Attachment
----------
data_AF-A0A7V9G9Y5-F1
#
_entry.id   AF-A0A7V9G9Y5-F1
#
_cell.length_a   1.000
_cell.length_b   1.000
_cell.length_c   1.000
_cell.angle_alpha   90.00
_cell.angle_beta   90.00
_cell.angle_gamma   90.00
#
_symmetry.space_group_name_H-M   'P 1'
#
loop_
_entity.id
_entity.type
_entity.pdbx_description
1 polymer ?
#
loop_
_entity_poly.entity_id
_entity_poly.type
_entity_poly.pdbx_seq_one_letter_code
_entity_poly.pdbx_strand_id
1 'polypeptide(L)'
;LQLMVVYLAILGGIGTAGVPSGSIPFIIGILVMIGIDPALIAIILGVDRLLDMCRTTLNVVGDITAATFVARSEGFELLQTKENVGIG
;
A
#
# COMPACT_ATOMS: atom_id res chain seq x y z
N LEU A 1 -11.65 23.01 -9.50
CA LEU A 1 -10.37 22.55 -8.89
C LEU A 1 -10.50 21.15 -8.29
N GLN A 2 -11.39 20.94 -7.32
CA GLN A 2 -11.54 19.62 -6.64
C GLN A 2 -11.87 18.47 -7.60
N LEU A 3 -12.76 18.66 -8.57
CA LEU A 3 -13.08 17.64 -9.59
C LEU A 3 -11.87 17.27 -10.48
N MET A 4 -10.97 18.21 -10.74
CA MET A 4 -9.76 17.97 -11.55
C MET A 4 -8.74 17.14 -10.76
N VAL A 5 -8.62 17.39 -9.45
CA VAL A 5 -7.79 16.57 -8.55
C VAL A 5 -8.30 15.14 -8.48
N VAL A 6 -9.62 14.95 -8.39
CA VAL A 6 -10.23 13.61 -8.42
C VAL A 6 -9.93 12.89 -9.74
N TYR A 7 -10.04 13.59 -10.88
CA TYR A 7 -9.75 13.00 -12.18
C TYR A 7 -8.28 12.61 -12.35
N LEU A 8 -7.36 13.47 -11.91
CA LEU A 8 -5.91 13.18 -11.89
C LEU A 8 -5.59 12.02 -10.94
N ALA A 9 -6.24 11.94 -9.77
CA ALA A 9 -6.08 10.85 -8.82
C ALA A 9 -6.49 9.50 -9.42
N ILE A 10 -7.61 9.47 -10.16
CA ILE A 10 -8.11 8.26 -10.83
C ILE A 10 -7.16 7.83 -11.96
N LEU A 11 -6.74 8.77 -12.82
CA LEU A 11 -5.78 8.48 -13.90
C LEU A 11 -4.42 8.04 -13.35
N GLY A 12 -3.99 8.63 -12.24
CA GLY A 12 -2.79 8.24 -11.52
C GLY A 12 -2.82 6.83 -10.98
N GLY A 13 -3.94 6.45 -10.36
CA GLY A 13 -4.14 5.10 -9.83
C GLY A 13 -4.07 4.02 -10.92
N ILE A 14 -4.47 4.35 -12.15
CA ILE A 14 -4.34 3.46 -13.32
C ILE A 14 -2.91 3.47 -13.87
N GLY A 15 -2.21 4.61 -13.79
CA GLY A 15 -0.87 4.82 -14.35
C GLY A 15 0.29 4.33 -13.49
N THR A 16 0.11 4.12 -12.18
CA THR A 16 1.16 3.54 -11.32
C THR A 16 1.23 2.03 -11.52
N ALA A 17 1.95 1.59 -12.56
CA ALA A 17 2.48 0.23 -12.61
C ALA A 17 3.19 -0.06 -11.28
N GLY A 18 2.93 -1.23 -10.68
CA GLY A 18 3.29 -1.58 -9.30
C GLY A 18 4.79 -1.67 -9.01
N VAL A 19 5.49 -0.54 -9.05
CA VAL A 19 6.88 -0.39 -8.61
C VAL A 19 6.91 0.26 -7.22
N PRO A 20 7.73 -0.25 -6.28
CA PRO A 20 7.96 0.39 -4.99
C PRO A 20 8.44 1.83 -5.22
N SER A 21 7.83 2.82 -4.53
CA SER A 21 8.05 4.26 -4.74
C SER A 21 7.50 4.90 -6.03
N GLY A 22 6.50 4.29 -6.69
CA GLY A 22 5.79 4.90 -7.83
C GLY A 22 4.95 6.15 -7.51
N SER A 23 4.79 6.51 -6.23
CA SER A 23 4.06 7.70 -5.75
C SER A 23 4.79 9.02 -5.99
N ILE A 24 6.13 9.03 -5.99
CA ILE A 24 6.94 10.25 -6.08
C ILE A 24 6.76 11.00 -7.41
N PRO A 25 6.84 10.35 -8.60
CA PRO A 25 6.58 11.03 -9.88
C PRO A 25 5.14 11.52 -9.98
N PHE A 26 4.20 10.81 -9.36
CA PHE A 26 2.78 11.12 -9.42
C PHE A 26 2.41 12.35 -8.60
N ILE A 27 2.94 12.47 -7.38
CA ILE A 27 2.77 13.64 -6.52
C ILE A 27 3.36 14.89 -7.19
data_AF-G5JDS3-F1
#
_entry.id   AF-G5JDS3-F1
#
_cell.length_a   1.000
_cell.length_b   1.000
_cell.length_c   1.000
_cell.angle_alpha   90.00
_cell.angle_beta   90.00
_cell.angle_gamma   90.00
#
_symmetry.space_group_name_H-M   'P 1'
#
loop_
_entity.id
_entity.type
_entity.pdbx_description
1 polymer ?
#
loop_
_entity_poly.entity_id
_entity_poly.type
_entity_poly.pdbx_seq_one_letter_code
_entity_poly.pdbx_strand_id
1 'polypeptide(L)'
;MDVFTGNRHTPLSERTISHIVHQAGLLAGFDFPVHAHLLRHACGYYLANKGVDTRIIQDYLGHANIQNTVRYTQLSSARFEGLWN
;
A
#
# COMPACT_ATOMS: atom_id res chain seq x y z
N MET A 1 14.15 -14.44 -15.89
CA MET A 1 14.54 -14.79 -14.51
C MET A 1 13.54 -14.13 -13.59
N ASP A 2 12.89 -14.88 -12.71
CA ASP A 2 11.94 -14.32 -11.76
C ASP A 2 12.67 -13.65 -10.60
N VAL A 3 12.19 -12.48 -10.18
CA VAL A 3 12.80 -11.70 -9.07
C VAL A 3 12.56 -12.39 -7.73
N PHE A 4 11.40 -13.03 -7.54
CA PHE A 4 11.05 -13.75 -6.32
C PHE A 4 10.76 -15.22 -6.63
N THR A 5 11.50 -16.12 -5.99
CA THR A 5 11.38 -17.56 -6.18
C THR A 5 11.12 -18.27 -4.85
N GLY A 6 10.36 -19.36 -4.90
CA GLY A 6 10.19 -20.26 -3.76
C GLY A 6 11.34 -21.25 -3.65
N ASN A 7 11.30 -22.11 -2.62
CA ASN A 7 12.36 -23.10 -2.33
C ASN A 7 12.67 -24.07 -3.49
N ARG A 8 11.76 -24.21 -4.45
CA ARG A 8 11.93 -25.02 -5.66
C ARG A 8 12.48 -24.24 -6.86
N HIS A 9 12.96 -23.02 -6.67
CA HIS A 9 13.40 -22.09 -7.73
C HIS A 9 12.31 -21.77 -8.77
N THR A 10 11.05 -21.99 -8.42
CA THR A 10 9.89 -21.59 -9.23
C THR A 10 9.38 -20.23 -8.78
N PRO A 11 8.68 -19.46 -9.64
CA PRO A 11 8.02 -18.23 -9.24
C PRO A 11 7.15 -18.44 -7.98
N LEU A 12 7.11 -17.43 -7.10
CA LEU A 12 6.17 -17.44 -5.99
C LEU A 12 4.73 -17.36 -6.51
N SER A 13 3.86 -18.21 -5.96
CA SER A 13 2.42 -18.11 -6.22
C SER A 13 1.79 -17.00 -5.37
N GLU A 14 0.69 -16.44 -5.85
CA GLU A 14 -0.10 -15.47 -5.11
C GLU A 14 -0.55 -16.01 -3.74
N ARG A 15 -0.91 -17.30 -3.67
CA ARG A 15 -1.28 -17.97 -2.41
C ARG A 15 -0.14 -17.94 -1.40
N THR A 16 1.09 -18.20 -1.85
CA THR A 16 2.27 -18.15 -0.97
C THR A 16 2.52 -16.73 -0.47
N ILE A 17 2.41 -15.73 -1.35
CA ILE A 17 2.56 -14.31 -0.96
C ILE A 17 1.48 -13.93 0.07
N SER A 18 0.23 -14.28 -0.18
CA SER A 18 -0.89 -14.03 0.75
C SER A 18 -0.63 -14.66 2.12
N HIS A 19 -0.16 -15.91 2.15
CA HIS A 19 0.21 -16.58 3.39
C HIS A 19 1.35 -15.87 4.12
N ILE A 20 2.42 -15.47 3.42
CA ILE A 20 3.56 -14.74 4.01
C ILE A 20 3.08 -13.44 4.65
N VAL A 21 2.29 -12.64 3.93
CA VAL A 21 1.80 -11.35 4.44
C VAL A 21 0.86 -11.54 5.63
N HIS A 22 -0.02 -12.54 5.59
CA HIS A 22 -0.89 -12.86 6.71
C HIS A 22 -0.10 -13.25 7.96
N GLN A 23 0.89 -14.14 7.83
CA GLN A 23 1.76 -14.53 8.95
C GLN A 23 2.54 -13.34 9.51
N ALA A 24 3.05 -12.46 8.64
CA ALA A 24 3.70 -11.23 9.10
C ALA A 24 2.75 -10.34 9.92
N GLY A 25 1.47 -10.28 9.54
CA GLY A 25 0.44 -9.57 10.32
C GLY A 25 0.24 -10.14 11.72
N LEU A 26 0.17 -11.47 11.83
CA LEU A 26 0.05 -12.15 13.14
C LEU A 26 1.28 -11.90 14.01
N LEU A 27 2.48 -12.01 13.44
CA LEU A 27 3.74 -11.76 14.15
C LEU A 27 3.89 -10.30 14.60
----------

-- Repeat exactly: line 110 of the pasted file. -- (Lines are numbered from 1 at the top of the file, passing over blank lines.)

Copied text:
CA ILE A 27 2.77 13.64 -6.52